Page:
MINNEAPOLIS - The deck seemed stacked against Anthony Bennett almost from the moment he entered the NBA.
A surprise No. 1 overall pick by the Cleveland Cavaliers in a woeful 2013 draft class thrust expectations on a player still recovering from a major shoulder injury that essentially rendered his rookie season moot. He was traded to the Minnesota Timberwolves last summer, a throw-in to help the Cavs land All-Star forward Kevin Love.
Now, before he has even started his third season in the league, Bennett is on the move again.
The Timberwolves placed Bennett on waivers Wednesday. If he clears as expected, the team has agreed to a US$3.65 million buyout of his contract, a person with knowledge of the situation told The Associated Press on Wednesday. The person spoke on condition of anonymity because the team does not publicly discuss contract figures.
If Bennett, from Brampton, Ont., is claimed by either Portland or Philadelphia — two teams with cap room to bring him in — he will make all of the $5.8 million his contract called for this season and would not get the buyout from the Timberwolves.
If he clears waivers, he may have to sign a minimum salary contract worth $947,000, thereby forfeiting about $1 million from his original salary.
After a promising summer spent playing well for Team Canada in the FIBA Americas tournament, Bennett pushed hard for his release from Minnesota. The Timberwolves have a load of power forwards on the roster, including Kevin Garnett, 2015 No. 1 overall pick Karl-Anthony Towns, Euroleague MVP Nemanja Bjelica and Adreian Payne in addition to Shabazz Muhammad, a small forward who could slide to the post in small-ball lineups.
All of those players figured to make finding consistent playing time a challenge for Bennett, so he sought his release to join a team where he might be able to fill a defined role.
"When you look at our team, our deepest position is probably power forward," Wolves GM Milt Newton said in a statement issued by the team. "This move balances out our roster while also allowing Anthony another opportunity in the NBA. He has a lot of talent and his play this summer internationally made this a difficult decision for us."
After signing Bjelica, point guard Andre Miller and small forward Tayshaun Prince this summer, the Timberwolves had 16 guaranteed contracts on the roster, one over the maximum. They had other options to free up a spot, including newly acquired 3-point shooter Damjan Rudez and veteran point guard Lorenzo Brown. But Bennett's desire for a change of scenery made their decision for them.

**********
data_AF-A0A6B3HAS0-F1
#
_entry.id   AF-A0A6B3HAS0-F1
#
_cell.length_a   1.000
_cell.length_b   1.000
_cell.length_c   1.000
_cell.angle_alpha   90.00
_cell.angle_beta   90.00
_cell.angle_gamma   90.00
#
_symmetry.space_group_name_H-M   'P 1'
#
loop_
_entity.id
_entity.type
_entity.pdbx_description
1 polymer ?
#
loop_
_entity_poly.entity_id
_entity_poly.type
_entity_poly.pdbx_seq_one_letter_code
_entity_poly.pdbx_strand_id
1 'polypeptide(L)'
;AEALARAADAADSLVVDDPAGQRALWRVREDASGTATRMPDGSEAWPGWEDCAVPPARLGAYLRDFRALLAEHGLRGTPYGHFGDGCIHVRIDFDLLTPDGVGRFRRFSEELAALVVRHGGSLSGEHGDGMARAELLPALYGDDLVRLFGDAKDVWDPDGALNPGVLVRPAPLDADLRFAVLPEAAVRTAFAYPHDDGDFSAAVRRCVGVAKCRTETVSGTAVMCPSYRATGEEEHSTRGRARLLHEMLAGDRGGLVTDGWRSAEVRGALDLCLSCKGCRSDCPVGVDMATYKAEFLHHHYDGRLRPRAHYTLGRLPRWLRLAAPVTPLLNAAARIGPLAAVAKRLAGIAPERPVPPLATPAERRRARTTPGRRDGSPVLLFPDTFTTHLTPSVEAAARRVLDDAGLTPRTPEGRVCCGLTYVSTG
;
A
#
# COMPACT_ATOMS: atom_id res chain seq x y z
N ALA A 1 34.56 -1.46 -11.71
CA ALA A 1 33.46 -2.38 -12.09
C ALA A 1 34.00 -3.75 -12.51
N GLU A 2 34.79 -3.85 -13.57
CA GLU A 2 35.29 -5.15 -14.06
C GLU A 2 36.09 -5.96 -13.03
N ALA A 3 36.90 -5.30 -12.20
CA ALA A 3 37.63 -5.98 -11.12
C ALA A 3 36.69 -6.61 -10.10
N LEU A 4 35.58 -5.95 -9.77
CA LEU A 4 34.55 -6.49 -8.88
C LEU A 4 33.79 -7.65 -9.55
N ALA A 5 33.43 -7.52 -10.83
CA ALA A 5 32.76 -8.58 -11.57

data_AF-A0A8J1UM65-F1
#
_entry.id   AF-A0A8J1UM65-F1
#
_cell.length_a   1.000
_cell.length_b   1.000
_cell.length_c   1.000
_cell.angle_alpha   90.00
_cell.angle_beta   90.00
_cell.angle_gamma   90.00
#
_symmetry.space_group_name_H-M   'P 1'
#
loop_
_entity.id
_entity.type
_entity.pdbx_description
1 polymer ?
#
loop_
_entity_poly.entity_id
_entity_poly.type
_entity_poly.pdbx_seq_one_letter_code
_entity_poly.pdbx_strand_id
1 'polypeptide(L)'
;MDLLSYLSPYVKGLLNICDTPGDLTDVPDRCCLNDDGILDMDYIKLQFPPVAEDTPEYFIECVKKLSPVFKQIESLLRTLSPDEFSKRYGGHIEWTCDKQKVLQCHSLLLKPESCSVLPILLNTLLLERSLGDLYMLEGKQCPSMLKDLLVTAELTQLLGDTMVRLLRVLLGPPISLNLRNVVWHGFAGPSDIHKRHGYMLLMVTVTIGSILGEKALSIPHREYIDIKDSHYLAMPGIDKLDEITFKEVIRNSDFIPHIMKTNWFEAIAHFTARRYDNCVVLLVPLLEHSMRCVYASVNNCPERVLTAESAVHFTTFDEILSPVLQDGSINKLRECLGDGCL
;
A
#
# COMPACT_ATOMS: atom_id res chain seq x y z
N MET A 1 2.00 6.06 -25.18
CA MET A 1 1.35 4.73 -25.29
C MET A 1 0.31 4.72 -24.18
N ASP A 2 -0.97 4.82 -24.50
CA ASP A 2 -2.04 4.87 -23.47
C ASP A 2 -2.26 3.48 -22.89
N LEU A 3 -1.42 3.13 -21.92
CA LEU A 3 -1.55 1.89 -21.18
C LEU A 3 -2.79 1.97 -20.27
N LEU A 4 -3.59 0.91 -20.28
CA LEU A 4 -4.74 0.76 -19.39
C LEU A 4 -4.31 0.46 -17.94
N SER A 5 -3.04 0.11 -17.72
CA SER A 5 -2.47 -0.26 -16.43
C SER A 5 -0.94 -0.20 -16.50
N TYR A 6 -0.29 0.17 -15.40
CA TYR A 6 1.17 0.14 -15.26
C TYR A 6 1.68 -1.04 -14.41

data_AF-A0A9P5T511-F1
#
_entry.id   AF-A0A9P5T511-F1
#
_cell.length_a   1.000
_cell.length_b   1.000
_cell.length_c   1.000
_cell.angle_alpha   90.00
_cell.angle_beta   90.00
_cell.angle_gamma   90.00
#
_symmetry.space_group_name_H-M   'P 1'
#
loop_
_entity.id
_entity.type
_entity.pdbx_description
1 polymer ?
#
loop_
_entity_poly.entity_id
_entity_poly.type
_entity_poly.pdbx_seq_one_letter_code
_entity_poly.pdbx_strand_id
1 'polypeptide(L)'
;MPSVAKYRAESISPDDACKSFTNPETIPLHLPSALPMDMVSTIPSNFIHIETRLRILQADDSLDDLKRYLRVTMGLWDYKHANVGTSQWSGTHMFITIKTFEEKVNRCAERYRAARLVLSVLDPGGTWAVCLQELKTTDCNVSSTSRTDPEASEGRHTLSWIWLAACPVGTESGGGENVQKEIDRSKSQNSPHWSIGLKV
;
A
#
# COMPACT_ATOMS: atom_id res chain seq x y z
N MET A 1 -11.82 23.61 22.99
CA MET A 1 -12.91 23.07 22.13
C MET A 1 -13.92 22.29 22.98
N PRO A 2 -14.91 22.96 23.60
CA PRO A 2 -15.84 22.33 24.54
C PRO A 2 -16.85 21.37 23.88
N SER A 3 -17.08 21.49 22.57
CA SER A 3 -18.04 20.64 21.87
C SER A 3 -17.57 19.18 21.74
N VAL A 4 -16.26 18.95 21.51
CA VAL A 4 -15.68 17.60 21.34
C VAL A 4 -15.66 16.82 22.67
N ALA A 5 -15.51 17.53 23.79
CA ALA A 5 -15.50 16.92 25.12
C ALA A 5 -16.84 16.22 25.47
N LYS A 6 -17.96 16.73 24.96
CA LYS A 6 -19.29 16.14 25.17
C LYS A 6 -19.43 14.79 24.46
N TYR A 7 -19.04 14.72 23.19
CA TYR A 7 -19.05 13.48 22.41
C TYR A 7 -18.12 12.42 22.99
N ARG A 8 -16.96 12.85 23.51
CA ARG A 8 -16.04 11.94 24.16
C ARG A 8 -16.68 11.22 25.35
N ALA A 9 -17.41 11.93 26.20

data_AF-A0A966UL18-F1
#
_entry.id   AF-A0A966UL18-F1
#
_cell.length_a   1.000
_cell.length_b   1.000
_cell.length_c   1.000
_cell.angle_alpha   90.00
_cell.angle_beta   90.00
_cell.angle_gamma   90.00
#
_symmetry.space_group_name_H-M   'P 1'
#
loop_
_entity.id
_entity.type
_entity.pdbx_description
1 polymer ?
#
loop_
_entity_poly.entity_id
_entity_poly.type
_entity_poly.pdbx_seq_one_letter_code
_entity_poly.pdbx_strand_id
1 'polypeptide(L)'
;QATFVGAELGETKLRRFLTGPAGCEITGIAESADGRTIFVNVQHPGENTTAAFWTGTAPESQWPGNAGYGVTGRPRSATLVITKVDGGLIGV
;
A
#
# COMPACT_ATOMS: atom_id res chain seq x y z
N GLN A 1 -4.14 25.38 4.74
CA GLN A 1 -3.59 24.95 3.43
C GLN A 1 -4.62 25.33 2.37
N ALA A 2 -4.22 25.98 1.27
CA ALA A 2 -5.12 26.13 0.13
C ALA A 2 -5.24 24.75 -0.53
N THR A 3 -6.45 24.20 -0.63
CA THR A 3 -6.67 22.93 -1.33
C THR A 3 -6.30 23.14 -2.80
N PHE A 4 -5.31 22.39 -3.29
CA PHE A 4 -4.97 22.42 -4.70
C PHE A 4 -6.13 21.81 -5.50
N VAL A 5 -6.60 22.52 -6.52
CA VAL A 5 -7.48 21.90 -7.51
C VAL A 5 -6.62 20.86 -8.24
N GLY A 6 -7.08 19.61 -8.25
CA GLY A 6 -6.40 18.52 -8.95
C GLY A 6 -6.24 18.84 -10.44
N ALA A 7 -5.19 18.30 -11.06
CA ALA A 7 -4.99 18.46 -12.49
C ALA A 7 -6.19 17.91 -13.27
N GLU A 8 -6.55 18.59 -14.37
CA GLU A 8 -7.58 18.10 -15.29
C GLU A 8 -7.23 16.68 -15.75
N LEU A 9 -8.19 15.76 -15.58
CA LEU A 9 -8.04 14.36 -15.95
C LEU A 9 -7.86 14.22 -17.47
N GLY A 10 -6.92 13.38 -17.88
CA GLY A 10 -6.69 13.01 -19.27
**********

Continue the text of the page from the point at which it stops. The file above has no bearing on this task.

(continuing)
It's been a startling fall for Bennett, the first Canadian chosen No. 1 overall.
He laboured through a shoulder injury and breathing problems as a rookie that caused him to miss training camp and made it difficult for him to get into shape. The result was a first season in which he averaged just 4.2 points and 3.0 rebounds in 52 games.
The move to Minnesota was promising at first, when he accompanied fellow Canadian Andrew Wiggins in the trade that sent Love to Cleveland. Bennett showed up to camp in great shape after a stint with trainer Frank Matrisciano and opened eyes with his athleticism. But nagging injuries zapped his confidence quickly, and he spent most of the intermittent time he did get on the floor shooting long 2-pointers.
The Timberwolves encouraged him to become more of a dirty-work player — attacking the offensive glass, hustling after loose balls and getting to the free throw line. But Bennett only managed to show flashes of the physical tools that prompted the Cavaliers to grab him with the top pick, and he only played four of the final 28 games because of injuries and coach Flip Saunders' desire to play other players.
He finished the season averaging 5.2 points and 3.8 rebounds in 57 games.